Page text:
Friday, March 29, 2013

Brad Huse Will Return as Montana State Coach

Throughout this season, Brad Huse for Montana State was squarely on the hot seat. He was entering the last year of his deal, and the results of his tenure had been mixed. Lots of promising finishes had ended with big collapses in the second half of conference play, and the fan base was getting a bit tired of him.

Apparently though, he did enough this season to extend his coaching career in Bozeman. The Bobcats finished the year 13-17 overall, but they were 10-10 in conference play (including a win over Weber State), and finished with the fourth seed in the conference before falling to Northern Colorado in the first round of the tournament. However, Gidal Kaiser reports that MSU and Huse are working on a contract extension of some type:

No deal has been struck, but Director of Athletics Peter Fields and MSU’s Board of Regents are discussing the parameters of a deal that would bring the men’s basketball coach back for an eighth year — and possibly longer, Bill Lamberty, the school’s assistant athletic director of media relations, confirmed Thursday.
Huse is 93-117 overall in his MSU tenure, including 55-61 in Big Sky play and 2-7 in the conference tournament in his seven years. Those are not terrible numbers by any means (heck, the 2-7 record means that they have been to the conference tournament every season), but it's not really enough to excite the fan base (just check out a message board for the team). This past season, MSU had an average attendance of 2,523 fans per game, which doesn't come close to filling the 7,200 person capacity in Worthington Arena (in fairness, that home attendance was the fourth highest mark in the Big Sky).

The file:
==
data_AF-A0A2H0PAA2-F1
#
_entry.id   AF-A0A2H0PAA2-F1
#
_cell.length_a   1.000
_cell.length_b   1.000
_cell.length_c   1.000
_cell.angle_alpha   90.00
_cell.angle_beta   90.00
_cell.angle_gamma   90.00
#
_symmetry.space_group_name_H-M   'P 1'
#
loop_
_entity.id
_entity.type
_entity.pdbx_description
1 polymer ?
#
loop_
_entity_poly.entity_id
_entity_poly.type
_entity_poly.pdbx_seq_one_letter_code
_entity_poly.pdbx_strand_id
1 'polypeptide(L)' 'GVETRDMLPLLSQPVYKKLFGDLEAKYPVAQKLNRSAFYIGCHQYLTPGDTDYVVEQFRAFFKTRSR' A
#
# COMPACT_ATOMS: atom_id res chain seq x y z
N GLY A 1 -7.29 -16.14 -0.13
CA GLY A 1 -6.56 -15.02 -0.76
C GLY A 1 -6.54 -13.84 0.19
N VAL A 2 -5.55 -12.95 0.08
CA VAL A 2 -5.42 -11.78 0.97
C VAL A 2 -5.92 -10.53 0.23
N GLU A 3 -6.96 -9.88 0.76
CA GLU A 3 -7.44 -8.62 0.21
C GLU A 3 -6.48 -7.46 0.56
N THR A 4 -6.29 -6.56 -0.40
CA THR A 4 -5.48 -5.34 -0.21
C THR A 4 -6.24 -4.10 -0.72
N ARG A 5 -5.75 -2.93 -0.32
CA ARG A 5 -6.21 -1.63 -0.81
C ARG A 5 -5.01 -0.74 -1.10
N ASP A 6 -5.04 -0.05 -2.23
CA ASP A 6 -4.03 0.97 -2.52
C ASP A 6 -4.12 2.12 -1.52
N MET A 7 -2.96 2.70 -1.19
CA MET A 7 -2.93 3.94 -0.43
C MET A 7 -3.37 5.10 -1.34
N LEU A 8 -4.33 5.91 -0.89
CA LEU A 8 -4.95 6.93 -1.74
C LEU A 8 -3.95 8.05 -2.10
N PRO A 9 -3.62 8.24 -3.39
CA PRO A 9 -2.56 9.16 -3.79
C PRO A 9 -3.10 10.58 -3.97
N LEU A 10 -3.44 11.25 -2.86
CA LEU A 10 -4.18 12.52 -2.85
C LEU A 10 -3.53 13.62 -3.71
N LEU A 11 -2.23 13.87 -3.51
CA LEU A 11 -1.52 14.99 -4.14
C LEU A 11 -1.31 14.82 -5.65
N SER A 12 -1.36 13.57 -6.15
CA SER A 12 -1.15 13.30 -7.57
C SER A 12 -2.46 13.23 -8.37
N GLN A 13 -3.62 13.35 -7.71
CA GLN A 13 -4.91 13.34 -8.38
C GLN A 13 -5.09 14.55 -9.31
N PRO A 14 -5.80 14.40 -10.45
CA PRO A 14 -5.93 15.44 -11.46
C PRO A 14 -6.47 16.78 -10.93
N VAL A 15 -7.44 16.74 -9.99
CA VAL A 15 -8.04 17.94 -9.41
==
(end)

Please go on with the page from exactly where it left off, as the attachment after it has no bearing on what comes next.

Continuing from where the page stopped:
What this means is that there is a chance that all Big Sky coaches will return for next season. There are no other obvious candidates to be fired (I think Brian Katz and Tyler Geving should be safe for at least another year), so probably the only change would come from either Wayne Tinkle or Randy Rahe moving up. In an industry of lots of changes, that stability could be a really good thing.

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